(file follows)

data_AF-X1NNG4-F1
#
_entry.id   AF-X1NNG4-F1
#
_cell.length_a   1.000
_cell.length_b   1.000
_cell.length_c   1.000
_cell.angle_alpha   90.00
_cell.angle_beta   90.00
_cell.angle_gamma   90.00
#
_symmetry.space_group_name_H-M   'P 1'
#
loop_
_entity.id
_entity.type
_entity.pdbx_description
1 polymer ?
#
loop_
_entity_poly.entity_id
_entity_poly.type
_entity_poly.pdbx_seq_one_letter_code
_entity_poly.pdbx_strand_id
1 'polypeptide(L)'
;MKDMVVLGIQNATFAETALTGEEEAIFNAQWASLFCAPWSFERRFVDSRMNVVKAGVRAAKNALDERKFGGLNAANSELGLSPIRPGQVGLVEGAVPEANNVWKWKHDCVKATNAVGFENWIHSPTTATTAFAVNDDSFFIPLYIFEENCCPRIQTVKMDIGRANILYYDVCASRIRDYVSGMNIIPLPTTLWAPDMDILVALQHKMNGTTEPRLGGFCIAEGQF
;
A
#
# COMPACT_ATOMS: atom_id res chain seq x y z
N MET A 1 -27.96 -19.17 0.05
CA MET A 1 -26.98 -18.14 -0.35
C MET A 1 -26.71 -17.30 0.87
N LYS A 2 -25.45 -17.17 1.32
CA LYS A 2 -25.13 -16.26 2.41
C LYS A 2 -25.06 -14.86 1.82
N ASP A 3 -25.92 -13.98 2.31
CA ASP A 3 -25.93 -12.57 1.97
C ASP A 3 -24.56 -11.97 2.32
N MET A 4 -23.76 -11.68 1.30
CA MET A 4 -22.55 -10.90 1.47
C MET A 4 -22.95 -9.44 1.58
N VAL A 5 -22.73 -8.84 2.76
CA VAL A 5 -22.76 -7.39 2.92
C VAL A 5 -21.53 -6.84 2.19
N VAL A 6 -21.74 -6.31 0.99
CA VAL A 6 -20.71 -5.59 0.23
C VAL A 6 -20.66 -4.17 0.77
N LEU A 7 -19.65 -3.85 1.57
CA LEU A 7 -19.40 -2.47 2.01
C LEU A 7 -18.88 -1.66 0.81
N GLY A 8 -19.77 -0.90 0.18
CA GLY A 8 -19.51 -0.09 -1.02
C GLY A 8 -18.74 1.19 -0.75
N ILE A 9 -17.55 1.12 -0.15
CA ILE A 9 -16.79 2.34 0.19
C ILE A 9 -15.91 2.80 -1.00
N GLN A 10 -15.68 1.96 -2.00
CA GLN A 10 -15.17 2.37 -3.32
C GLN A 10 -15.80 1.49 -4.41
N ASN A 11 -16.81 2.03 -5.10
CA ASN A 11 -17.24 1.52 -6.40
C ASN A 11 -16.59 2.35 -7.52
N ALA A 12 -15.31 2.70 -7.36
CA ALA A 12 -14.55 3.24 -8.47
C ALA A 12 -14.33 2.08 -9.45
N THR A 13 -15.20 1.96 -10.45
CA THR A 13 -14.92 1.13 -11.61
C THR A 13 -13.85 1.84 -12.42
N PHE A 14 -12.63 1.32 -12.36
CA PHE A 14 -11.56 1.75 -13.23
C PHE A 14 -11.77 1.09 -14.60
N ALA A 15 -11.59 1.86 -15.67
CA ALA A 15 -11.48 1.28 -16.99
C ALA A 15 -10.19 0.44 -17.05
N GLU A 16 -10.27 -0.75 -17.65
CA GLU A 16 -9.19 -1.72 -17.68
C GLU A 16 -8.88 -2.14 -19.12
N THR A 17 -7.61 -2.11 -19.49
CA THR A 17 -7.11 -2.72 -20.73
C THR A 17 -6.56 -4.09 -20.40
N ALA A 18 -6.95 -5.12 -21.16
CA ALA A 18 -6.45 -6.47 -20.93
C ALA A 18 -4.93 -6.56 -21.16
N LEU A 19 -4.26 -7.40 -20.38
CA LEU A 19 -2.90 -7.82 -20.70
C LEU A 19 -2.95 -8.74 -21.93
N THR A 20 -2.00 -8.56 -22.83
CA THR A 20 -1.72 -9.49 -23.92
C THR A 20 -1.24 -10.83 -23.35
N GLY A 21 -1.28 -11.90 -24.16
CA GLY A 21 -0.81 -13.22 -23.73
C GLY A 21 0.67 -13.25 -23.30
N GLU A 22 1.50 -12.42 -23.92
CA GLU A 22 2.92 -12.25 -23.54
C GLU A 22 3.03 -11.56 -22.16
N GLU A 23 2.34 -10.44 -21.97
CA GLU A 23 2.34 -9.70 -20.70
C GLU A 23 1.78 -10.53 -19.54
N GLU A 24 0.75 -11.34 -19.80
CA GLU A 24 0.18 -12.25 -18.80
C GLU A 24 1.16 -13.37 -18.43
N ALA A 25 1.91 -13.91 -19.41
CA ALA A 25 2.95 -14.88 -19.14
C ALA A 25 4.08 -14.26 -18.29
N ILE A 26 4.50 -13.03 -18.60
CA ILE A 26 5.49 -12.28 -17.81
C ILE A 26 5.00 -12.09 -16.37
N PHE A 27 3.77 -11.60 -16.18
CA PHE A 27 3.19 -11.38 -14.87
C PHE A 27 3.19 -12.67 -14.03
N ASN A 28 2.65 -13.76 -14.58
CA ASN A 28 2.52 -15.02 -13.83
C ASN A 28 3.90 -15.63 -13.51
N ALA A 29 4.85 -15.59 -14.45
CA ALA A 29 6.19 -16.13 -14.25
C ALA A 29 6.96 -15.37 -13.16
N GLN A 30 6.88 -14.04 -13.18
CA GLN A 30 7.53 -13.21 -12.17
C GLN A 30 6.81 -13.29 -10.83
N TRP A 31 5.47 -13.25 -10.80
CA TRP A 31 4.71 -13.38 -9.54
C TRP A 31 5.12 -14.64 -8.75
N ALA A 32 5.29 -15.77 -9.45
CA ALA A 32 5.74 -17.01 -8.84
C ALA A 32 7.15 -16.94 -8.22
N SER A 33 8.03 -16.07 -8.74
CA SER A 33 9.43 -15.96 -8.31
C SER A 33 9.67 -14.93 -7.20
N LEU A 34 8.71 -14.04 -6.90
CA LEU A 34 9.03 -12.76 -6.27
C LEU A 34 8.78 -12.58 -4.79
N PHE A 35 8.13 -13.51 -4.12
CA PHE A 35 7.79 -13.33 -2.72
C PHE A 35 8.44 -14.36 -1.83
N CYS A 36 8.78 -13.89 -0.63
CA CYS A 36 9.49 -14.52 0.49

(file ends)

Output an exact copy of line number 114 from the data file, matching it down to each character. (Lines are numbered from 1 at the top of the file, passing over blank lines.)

C ASN A 28 3.90 -15.63 -13.51